Psoriasis often presents differently in children than in adults. Involvement of the face and flexural regions are more common in children than adults, and psoriatic lesions in the diaper area are prevalent during infancy.8 Plaque-type psoriasis is the most common variant in both adults and children, however, lesions in children are smaller, thinner, and less scaly than those seen in adults.2,5,7 Pustular and erythrodermic psoriasis are less frequently seen in pediatric than adult patients. Though rare in occurrence, there are also reports of congenital6,18 and naevoid19 forms of psoriasis.

Plaque-type psoriasis is the most prevalent variant that affects children. Plaque psoriasis routinely affects the scalp. Scalp involvement characterized by pityriasis amiantacea (thick, adherent white scales that encase the hair shaft) may lead to temporary hair loss and visible psoriatic alopecia.2,8 Plaque psoriasis can also affect the face, as well as extensor and flexor surfaces of the knees and elbows.2,9

Psoriatic diaper rash is the next most common variant, with highest prevalence in children under the age of 2 years.5,7 Psoriatic diaper rash features a bright red, well-demarcated, glazed, diaper rash that may be followed by widespread dissemination of small psoriasis-like lesions.2 This clinical variant can be differentiated from irritant diaper dermatitis by its unique presentation and poor response to conventional treatment for diaper dermatitis.2

Guttate type psoriasis presents as annular, localized, red to salmon colored plaques with hyperkeratosis, commonly located on the trunk, abdomen, and back.8 Streptococcal pharyngitis and perianal dermatitis frequently precede abrupt appearances of guttate psoriasis.20 Acute guttate psoriasis that is preceded by an upper respiratory infection may resolve spontaneously after 3-4 months; however, a significant portion of patients eventually develop chronic plaque disease.2,9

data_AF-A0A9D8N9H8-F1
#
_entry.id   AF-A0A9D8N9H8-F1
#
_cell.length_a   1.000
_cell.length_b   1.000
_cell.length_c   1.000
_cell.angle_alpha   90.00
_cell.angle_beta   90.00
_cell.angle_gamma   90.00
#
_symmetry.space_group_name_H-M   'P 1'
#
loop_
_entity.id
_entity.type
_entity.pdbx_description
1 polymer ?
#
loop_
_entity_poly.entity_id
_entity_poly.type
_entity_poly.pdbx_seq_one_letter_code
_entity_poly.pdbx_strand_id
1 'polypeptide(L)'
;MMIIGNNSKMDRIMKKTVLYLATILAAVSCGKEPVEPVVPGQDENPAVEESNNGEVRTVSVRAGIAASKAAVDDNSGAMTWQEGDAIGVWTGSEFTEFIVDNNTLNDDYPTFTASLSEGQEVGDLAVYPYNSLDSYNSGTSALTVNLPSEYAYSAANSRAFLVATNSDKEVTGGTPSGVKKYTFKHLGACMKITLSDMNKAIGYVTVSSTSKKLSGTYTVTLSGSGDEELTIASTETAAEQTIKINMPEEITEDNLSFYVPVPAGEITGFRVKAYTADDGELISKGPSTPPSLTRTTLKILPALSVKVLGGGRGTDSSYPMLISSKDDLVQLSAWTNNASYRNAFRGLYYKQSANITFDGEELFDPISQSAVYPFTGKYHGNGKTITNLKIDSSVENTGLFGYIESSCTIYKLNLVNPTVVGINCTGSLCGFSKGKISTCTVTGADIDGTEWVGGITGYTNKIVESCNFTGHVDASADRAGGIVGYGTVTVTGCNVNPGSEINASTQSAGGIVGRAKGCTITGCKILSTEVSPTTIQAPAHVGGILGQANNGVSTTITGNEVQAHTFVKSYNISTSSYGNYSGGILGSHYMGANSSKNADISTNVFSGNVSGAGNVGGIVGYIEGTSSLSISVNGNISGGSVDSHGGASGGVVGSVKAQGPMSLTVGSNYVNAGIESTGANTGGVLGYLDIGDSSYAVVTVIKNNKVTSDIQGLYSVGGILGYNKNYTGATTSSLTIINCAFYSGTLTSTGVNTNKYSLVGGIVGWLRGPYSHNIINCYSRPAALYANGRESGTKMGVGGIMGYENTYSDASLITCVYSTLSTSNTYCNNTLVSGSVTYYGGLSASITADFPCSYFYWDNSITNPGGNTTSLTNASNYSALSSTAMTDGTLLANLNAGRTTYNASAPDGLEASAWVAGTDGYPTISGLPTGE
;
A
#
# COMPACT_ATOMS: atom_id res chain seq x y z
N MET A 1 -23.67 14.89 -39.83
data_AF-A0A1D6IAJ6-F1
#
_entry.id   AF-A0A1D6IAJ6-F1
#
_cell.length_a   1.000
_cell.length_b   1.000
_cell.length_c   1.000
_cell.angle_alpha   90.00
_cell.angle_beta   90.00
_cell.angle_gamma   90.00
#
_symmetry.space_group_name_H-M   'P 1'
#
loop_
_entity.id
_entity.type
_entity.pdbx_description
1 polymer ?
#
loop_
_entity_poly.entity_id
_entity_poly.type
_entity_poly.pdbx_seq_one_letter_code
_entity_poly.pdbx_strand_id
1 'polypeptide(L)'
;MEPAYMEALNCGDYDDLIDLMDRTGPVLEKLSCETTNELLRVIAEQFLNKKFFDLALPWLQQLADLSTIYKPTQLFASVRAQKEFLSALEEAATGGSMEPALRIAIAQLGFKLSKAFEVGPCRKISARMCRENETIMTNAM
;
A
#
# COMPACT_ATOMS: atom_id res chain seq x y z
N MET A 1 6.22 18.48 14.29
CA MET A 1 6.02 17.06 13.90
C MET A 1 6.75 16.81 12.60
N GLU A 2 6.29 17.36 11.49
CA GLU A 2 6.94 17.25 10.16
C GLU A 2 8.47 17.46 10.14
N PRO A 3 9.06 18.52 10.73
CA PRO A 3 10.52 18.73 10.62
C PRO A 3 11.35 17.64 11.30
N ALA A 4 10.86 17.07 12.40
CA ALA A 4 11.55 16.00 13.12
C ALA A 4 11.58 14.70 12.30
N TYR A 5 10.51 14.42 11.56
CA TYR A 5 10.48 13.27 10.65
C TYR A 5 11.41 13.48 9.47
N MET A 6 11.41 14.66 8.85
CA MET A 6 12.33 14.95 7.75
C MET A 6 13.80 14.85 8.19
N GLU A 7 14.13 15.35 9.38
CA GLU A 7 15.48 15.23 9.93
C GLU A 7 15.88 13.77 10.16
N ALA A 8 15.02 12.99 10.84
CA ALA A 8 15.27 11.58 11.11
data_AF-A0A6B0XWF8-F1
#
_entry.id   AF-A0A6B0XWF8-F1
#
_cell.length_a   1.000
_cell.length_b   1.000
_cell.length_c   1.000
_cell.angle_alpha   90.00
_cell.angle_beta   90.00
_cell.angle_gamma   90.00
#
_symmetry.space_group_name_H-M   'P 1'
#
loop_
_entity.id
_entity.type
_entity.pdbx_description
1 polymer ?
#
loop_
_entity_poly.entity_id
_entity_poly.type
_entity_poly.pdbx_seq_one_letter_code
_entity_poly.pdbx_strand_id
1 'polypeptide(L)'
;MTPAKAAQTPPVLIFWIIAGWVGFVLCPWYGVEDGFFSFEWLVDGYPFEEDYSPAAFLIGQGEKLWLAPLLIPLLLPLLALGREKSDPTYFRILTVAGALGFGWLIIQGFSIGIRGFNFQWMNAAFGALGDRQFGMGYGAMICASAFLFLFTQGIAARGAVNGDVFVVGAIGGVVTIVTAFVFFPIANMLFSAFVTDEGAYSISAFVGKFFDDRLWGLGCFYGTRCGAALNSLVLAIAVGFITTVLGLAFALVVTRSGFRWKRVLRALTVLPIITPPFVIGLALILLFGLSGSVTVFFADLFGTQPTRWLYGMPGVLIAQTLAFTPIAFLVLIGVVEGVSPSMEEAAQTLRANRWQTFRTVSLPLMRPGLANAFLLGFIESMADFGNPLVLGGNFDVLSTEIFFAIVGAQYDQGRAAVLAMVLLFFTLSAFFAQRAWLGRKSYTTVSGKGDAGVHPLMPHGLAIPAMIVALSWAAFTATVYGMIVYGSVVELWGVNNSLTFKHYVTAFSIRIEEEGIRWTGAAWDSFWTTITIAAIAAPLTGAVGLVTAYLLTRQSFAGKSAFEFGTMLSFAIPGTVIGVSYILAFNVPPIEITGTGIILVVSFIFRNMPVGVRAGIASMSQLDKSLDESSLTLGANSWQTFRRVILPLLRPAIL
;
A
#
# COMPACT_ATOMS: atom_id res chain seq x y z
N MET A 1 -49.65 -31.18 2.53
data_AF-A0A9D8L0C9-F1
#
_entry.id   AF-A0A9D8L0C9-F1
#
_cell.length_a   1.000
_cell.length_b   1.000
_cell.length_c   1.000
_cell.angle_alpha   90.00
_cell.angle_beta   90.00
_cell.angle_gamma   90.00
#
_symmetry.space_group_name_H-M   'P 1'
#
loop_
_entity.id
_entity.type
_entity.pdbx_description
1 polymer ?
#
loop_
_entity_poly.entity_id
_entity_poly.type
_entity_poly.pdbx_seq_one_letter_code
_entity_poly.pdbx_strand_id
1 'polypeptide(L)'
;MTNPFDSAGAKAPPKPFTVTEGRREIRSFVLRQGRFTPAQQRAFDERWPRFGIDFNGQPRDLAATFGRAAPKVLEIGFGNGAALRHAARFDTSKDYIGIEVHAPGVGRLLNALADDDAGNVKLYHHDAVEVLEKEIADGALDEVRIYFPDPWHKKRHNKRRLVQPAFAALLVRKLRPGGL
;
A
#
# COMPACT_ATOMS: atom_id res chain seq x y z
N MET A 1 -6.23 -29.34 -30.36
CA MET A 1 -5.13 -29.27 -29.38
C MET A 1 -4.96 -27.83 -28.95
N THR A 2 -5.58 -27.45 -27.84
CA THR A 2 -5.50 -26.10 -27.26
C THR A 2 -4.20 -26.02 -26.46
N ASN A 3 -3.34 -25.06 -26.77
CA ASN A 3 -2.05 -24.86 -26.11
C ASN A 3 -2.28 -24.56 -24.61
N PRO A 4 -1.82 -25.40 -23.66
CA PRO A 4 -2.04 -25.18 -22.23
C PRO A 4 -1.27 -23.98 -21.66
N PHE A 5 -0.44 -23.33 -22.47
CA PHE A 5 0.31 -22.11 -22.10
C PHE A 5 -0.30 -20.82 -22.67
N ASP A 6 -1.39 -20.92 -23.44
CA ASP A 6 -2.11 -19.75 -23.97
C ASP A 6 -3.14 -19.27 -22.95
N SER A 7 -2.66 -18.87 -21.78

Pustular and erythrodermic psoriasis are less frequently seen in children than adults.2,9 Pustular psoriasis is distinguished by the presence of sterile pustules on erythematous skin; the pustules may be either localized or generalized.2 Generalized pustular psoriasis in children has a more benign course than in adults.21 Annular pustular psoriasis, a manifestation of generalized pustular psoriasis, occurs more frequently in children than in adults.2,22 It is characterized by annular lesions with erythematous, scaly, and pustular margins. Erythrodermic psoriasis presents as erythema on >90% of the body surface area with less scales than plaque psoriasis.21


When treating children with psoriasis, it is important to educate both patients and parents about the nature of the disease. It must be made clear that psoriasis is a chronic skin disorder without a permanent cure and, therefore, the goal of treatment is to establish disease control and prolong periods between flares.23 Treatment results may vary from flattened plaques and reduced visibility of lesions (e.g., less redness and scale) to complete remission.2 Proper education about the disease and treatment options often enhances the compliance of patients and their parents.2,9

The patient’s age, quality of life factors, Psoriasis Area and Severity Index (PASI) score, and therapeutic preferences should all be considered when determining treatment selection.5,8 The majority of children have mild disease that can be successfully treated with topical agents. Systemic drug therapy in children is generally reserved for severe disease that is resistant to other treatments.5 A prevention strategy should aim to control and reduce known exogenous and endogenous factors that trigger or contribute to disease exacerbation, like skin trauma, emotional stress, aggravating drugs, and upper respiratory infections.13